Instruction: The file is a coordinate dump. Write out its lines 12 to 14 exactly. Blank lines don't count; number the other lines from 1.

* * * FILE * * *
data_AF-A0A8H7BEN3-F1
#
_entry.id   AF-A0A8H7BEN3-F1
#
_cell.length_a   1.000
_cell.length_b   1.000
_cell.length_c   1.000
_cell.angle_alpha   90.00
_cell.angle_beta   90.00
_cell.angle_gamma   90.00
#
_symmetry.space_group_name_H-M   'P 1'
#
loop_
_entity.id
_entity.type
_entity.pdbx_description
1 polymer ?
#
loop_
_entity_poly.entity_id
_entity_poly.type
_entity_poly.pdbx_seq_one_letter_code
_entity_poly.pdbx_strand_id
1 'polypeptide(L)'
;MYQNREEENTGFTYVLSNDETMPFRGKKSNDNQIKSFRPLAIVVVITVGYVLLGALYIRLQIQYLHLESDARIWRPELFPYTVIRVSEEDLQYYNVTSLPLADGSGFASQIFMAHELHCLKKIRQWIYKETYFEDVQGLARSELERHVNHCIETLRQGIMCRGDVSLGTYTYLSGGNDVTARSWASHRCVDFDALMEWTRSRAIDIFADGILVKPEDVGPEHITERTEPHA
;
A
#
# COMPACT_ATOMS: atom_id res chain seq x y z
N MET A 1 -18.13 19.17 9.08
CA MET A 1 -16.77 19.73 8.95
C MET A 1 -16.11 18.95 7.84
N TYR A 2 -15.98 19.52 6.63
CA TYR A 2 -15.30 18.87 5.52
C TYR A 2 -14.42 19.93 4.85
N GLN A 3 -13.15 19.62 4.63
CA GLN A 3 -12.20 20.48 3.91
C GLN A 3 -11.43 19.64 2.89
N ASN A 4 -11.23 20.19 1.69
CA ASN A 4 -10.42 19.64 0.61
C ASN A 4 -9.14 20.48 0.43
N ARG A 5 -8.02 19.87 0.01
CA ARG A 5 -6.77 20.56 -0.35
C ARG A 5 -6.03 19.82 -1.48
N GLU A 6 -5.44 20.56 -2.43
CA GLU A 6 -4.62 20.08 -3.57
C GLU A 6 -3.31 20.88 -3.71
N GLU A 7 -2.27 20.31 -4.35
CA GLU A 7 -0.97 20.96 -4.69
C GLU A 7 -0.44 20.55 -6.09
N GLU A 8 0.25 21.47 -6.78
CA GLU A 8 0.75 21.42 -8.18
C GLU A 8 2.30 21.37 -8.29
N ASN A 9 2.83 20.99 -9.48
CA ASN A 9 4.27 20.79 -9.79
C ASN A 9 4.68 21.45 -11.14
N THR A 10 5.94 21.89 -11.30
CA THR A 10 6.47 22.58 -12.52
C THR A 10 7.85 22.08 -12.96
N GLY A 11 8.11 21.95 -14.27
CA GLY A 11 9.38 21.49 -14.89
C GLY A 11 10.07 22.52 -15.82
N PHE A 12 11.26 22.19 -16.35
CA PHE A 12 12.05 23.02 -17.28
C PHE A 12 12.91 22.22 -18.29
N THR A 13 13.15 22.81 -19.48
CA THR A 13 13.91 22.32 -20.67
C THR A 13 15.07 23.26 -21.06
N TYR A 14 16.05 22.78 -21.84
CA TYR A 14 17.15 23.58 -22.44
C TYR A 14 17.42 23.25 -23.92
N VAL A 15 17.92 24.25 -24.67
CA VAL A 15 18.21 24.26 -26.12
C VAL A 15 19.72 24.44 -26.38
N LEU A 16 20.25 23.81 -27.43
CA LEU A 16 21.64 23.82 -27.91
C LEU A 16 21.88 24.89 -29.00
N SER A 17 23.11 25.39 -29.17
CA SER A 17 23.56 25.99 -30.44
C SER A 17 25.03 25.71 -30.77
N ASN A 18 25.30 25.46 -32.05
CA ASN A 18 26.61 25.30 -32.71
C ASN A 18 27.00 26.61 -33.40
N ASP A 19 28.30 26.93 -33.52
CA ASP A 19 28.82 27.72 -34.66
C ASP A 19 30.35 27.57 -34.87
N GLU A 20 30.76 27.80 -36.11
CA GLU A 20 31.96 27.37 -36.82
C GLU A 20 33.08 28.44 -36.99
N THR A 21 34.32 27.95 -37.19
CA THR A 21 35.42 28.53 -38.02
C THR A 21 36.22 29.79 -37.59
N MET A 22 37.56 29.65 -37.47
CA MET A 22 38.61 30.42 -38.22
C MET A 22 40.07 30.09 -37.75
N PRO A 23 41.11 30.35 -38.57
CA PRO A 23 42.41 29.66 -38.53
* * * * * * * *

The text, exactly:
_symmetry.space_group_name_H-M   'P 1'
#
loop_